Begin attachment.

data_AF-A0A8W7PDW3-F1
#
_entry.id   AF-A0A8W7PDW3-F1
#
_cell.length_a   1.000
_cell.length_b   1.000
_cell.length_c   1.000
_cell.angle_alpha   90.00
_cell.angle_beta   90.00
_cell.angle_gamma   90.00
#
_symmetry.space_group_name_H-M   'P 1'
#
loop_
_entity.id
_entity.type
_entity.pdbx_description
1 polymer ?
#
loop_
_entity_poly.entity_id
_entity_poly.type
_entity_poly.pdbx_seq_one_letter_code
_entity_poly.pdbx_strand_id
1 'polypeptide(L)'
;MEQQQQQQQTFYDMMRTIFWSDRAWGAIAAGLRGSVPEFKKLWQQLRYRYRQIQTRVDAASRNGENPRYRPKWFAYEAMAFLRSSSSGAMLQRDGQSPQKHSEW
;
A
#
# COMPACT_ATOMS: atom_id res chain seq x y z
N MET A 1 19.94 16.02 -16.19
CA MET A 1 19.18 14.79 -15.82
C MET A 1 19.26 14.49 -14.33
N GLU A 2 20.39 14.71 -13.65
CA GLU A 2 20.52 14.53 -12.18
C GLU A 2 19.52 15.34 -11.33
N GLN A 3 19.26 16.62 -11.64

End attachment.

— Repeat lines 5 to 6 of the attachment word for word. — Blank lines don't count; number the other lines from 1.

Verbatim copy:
_cell.length_a   1.000
_cell.length_b   1.000